Employees are heading back to the office because of difficulty using mobile file-sharing and collaboration products.
The top news stories for Feb. 4, 2015.
The top news stories for Jan. 6, 2015.
Mobility might mean increased worker productivity, but it also means employees have to be available 24/7/365. Or at least that's how it seems for many. In fact, a survey found that a majority of workers will spend two or more hours a day working remotely during the holidays this year.
NHS Human Services replaced its Wi-Fi network with an Aruba Networks' wireless infrastructure to obtain the flexibily, security and performance it needed for a client base of over 50,000.
When Marissa Mayer shook things up at Yahoo and instituted a stricter telecommuting policy last year, she raised some interesting debate among the tech community, which has a number of remote workers, about both the upsides and downsides of working from home.
More and more employees are doing their work outside of the traditional office. This can increase employee satisfaction, but it presents challenges to managers who must manage a dispersed workforce.
Thanks to some of the technology they helped create, many IT workers are able to work remotely and keep an eye on their organization's IT security and stability without even stepping into the office. Now a new trend called coworking, in which various remote workers are able to work together in open office settings, can provide your remote IT workers--and remote workers in general--with their own office-like atmosphere.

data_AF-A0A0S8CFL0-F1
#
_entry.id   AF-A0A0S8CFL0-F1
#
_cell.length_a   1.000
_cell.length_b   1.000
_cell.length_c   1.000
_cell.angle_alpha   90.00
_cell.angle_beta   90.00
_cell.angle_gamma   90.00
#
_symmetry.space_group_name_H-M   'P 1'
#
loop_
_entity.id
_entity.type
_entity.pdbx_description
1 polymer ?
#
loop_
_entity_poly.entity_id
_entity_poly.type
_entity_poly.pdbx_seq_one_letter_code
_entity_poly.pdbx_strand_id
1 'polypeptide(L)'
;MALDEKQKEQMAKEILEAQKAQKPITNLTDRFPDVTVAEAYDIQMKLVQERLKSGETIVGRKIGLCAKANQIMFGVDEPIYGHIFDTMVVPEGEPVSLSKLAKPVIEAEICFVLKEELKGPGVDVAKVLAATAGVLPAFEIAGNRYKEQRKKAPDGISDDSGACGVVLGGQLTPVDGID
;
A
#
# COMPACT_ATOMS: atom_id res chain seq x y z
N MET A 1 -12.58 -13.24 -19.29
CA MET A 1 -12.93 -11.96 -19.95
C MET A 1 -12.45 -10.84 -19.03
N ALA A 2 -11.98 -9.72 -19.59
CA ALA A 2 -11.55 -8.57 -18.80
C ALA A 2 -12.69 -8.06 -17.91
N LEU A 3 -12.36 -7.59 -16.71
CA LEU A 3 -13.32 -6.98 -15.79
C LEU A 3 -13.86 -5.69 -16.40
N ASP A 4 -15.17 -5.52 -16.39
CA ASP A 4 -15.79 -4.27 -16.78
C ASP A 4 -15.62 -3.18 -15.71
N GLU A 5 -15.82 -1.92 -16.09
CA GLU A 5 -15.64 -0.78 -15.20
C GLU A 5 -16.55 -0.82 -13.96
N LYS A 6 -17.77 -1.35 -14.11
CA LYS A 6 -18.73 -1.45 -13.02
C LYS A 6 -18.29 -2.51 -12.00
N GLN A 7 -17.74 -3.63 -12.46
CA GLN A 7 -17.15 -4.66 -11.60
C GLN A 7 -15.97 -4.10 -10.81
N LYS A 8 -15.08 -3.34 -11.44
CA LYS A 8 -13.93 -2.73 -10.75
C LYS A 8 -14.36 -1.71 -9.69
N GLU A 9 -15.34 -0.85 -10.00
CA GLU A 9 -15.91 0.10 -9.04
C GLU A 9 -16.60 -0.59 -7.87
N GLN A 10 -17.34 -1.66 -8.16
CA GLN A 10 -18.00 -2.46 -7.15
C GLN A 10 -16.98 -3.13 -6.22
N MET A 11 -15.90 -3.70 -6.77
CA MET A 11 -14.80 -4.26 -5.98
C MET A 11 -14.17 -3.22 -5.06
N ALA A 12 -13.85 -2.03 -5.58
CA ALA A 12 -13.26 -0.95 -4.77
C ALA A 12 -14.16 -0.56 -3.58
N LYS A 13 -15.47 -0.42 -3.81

American workers love telecommuting options, but a majority of employers make that work arrangement a difficult proposition. In many cases, employees say the IT department is most to blame for their challenges when working remotely.
Nearly 80 percent of U.S. employees are upbeat about using their personal computers and remote devices to stay connected to the workplace outside of normal business hours, according to a survey by Gallup. But like everything else in life, moderation is the key.